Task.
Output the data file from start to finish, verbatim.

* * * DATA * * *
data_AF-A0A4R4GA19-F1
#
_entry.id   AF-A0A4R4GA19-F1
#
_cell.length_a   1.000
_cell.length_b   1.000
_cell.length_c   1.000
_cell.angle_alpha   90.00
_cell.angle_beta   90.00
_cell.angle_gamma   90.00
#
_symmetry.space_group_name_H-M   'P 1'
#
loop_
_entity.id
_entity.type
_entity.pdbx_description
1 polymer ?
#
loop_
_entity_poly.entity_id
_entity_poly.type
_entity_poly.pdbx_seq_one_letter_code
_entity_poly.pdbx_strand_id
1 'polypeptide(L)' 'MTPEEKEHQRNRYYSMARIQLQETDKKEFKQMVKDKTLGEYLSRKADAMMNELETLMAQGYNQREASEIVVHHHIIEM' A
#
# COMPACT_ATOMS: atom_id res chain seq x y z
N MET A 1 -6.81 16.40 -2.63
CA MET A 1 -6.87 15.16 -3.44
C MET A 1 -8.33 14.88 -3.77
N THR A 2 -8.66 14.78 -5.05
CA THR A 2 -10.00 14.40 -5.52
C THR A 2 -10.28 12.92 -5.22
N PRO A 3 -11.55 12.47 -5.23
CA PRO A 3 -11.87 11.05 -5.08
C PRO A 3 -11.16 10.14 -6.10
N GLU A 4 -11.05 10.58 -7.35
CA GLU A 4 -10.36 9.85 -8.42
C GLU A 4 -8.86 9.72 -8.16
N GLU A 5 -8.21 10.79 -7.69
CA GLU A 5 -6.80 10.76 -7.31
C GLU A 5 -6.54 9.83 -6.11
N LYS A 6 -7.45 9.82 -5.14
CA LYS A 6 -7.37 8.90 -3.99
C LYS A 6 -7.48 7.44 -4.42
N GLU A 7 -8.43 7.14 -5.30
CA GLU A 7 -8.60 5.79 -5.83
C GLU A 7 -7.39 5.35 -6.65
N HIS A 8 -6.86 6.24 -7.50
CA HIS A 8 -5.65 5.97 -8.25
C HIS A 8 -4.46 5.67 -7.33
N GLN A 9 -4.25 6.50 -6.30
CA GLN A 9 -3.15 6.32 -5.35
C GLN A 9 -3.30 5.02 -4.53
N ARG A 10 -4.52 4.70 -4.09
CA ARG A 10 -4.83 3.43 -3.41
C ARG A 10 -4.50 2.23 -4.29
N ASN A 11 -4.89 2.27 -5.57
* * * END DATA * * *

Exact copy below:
data_AF-A0A4R4GA19-F1
#
_entry.id   AF-A0A4R4GA19-F1
#
_cell.length_a   1.000
_cell.length_b   1.000
_cell.length_c   1.000
_cell.angle_alpha   90.00
_cell.angle_beta   90.00
_cell.angle_gamma   90.00
#
_symmetry.space_group_name_H-M   'P 1'
#
loop_
_entity.id
_entity.type
_entity.pdbx_description
1 polymer ?
#
loop_
_entity_poly.entity_id
_entity_poly.type
_entity_poly.pdbx_seq_one_letter_code
_entity_poly.pdbx_strand_id
1 'polypeptide(L)' 'MTPEEKEHQRNRYYSMARIQLQETDKKEFKQMVKDKTLGEYLSRKADAMMNELETLMAQGYNQREASEIVVHHHIIEM' A
#
# COMPACT_ATOMS: atom_id res chain seq x y z
N MET A 1 -6.81 16.40 -2.63
CA MET A 1 -6.87 15.16 -3.44
C MET A 1 -8.33 14.88 -3.77
N THR A 2 -8.66 14.78 -5.05
CA THR A 2 -10.00 14.40 -5.52
C THR A 2 -10.28 12.92 -5.22
N PRO A 3 -11.55 12.47 -5.23
CA PRO A 3 -11.87 11.05 -5.08
C PRO A 3 -11.16 10.14 -6.10
N GLU A 4 -11.05 10.58 -7.35
CA GLU A 4 -10.36 9.85 -8.42
C GLU A 4 -8.86 9.72 -8.16
N GLU A 5 -8.21 10.79 -7.69
CA GLU A 5 -6.80 10.76 -7.31
C GLU A 5 -6.54 9.83 -6.11
N LYS A 6 -7.45 9.82 -5.14
CA LYS A 6 -7.37 8.90 -3.99
C LYS A 6 -7.48 7.44 -4.42
N GLU A 7 -8.43 7.14 -5.30
CA GLU A 7 -8.60 5.79 -5.83
C GLU A 7 -7.39 5.35 -6.65
N HIS A 8 -6.86 6.24 -7.50
CA HIS A 8 -5.65 5.97 -8.25
C HIS A 8 -4.46 5.67 -7.33
N GLN A 9 -4.25 6.50 -6.30
CA GLN A 9 -3.15 6.32 -5.35
C GLN A 9 -3.30 5.02 -4.53
N ARG A 10 -4.52 4.70 -4.09
CA ARG A 10 -4.83 3.43 -3.41
C ARG A 10 -4.50 2.23 -4.29
N ASN A 11 -4.89 2.27 -5.57